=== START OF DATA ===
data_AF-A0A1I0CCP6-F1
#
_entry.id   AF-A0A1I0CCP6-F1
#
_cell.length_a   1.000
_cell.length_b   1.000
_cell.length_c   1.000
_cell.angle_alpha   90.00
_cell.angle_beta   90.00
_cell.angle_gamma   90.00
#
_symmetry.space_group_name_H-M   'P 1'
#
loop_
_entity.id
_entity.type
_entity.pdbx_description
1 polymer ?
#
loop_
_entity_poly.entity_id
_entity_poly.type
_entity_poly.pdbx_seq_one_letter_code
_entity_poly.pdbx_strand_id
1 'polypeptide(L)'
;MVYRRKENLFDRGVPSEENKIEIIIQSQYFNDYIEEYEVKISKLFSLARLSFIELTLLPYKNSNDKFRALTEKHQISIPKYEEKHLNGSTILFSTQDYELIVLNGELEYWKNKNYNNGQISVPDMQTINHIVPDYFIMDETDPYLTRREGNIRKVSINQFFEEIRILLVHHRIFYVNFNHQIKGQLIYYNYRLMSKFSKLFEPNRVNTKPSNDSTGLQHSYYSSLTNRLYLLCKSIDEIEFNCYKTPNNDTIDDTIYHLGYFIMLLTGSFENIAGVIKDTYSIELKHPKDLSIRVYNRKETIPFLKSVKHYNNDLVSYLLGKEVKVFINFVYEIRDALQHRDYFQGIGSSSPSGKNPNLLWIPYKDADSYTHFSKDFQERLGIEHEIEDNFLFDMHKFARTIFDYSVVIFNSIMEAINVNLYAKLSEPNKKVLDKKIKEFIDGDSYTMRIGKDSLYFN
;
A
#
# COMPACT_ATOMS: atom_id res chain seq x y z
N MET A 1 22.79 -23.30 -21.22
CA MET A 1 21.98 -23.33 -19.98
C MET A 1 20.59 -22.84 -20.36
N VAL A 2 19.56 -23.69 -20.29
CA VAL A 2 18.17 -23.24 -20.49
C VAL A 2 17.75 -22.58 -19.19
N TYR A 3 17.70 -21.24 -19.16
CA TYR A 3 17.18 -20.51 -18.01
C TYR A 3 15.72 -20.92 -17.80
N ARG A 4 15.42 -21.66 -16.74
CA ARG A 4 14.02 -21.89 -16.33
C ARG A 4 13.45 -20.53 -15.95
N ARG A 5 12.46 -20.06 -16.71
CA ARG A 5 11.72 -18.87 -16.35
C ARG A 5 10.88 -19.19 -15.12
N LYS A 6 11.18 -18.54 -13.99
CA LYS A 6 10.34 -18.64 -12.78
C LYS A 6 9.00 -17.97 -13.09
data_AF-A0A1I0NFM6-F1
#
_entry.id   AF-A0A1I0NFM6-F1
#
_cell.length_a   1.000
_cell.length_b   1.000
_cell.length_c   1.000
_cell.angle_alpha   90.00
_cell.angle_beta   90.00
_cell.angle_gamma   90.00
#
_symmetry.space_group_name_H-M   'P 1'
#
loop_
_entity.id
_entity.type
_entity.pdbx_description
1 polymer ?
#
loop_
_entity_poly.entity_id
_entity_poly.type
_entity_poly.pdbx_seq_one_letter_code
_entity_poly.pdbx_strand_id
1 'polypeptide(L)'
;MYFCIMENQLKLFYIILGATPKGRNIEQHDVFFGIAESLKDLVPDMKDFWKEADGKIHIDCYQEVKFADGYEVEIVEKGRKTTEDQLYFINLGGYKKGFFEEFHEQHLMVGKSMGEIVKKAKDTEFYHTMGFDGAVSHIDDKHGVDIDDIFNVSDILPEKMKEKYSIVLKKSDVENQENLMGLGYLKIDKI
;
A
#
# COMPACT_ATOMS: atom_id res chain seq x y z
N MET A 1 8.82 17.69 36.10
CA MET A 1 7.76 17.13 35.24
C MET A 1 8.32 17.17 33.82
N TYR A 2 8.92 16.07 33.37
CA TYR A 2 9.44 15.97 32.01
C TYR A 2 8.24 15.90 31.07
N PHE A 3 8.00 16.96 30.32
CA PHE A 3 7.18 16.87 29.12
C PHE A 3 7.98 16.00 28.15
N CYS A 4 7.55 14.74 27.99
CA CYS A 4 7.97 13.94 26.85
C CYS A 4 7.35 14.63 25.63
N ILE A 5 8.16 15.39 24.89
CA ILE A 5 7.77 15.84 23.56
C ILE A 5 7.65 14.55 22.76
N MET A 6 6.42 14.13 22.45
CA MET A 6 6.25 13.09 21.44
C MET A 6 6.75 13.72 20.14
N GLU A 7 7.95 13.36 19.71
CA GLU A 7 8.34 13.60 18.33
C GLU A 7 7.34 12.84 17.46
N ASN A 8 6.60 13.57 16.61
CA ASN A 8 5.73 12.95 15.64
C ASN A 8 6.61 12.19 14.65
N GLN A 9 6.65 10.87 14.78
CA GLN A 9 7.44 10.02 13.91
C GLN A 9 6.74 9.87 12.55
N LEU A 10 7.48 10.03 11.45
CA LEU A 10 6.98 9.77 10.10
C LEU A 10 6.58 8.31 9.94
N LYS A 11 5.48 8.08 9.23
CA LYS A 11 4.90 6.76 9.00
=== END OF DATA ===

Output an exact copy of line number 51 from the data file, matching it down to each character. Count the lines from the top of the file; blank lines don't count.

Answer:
_entry.id   AF-A0A1I0NFM6-F1